Living in Grace

That’s awesome! Now what does that mean for you, for your family, for sinners? (And remember that everyone is a sinner, you included.)

Here are a few things true grace means.

  1. It’s a process, not an event.

How many people have become disillusioned when a “moment of grace” doesn’t permanently change their desires or behavior! You get baptized, and a few days or weeks later your lust or anger or addiction seems just as strong. You experience an amazing moment in God’s presence, and a few hours later you have a horrendous fight with our spouse. Your Bible reading and prayer don’t seem to be changing the dark paths your mind so easily travels down.

Remember that for yourself and for others God’s usual way of operating is to take us through a process of growth, development, spiritual maturity. Yes, your life needs to look different next year than it does today. But He remembers that we are dust. He is neither surprised nor dismayed by the time it takes to grow us up.

  1. Change is a matter of grace, too.

The power and intervention of God is just as necessary for long-lasting heart change as it is for your initial forgiveness. No one can live right by simply trying harder. Whatever behavior change you drum up yourself will only wear you out, and will eventually break down under pressure.

So in your own life and in that of others, let the Holy Spirit have space to do His work. Let Him be in charge of the order in which He deals with stuff in your heart or that of others. Your job is to say Yes when He puts His finger on something and asks to be allowed to change you there. That involves looking under the surface and getting to the real roots of the issues.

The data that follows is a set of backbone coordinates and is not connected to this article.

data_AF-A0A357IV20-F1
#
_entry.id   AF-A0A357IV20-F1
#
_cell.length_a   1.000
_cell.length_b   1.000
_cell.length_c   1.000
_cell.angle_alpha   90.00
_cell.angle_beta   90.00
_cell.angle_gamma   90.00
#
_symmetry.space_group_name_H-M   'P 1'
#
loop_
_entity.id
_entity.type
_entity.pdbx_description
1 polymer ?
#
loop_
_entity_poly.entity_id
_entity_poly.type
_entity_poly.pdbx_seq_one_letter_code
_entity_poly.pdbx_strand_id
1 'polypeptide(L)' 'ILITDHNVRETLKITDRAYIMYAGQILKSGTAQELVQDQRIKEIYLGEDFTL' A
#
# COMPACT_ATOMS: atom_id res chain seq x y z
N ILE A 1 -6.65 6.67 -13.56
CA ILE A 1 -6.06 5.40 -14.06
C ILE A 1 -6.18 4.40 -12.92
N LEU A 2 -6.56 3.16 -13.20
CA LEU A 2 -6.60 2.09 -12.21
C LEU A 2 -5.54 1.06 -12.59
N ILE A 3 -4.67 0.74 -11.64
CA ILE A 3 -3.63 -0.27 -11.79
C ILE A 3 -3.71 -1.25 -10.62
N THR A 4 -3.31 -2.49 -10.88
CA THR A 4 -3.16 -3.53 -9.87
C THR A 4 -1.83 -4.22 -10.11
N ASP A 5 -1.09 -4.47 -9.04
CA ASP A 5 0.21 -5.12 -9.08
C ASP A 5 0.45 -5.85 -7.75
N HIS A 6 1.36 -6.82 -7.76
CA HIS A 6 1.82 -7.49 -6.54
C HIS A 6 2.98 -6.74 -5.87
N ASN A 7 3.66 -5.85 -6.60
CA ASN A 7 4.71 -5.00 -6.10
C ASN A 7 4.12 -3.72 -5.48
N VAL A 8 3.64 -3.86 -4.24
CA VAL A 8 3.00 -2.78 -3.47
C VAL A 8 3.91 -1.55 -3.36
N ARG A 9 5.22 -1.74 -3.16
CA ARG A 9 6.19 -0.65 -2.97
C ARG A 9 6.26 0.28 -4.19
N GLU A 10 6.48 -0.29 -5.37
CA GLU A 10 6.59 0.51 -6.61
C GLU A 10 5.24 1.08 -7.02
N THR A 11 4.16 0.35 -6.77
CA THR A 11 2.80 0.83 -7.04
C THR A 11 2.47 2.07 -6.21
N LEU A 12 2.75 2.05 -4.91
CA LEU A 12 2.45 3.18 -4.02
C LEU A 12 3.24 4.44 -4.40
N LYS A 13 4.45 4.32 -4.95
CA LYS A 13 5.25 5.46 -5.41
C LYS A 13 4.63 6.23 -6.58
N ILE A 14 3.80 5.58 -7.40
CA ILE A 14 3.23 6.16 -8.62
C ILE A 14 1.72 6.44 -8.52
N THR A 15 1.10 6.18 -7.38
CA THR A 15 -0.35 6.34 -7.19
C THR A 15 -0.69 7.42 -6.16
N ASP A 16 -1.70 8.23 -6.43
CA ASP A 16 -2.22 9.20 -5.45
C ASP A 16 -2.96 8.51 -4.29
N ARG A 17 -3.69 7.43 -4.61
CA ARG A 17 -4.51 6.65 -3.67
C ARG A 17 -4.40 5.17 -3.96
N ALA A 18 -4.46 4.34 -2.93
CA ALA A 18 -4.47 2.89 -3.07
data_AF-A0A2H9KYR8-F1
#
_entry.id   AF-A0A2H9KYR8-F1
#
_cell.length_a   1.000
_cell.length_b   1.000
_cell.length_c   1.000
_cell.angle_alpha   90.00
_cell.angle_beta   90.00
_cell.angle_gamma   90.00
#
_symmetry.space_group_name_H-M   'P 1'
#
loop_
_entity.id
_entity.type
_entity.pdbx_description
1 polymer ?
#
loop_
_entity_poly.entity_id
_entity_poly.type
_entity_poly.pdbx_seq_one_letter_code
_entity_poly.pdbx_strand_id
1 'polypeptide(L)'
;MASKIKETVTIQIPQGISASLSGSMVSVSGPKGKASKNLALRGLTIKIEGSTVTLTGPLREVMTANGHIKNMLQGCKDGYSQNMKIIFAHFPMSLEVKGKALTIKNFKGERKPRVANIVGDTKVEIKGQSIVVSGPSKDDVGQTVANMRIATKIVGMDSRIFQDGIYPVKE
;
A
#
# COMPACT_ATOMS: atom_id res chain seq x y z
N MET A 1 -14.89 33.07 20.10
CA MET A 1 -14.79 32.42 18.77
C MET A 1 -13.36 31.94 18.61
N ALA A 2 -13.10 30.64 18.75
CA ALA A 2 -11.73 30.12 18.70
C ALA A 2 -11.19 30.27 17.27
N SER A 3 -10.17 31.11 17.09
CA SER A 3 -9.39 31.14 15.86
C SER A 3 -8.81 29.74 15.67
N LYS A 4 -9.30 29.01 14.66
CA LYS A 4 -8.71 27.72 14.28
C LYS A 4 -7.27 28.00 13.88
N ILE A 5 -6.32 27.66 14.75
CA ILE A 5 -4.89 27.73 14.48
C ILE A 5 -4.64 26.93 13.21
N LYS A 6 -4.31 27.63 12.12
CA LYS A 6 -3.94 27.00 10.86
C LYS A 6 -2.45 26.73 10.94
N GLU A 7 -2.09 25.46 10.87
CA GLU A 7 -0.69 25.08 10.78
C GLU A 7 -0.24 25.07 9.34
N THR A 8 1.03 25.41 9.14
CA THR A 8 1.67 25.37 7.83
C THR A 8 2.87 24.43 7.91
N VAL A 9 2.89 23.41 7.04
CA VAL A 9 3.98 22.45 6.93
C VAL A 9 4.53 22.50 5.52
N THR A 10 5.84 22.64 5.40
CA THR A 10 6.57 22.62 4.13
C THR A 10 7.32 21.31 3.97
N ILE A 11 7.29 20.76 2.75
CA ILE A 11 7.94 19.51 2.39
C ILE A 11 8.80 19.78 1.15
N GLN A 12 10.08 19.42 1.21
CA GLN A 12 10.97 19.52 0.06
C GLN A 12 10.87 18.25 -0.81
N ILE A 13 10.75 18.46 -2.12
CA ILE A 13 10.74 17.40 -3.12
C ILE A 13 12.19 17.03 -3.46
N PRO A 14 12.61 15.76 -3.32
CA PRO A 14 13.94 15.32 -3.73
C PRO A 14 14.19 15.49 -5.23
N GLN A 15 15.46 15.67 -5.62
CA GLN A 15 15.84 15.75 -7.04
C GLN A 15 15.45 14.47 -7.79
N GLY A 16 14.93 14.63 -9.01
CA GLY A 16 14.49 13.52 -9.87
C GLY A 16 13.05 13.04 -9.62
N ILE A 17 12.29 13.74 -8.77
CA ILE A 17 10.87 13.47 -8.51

1. Grace requires your involvement

Grace is free! The grace of forgiveness for your past and the grace to change you from the inside out. But grace, God’s grace, does not override your free will. Grace is not some heavenly substance God dollops on you; it’s much more personal than that. God gives you Himself – to be in relationship with.

As Dallas Willard often said, “Grace is not opposed to effort, it is opposed to earning.”

If your friend or spouse is completely passive, you don’t have much of a relationship together. You can be as generous as you wish, but without investment of time and energy on the other person’s part your generosity doesn’t mean much. Just so with us and God.

Your role when it comes to grace is to say Yes, as mentioned above. And then to stick around. When He says something, believe Him. When He asks you to do something, do it. And He will keep on doing His amazing work of grace as He continues to change you as you say Yes.

Thank God for His unspeakable Gift of Grace!

Your Turn: Have you fallen into the cheap grace trap? Have you neglected the aspect of grace through which God changes you? Leave a comment below.

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  • Cheap grace isn’t worth much. Full grace doesn’t tolerate sin. It deals with your past, and also your present and your future. It’s the grace that’s strong enough to change you from the inside out. Choose that full grace!  Tweet that.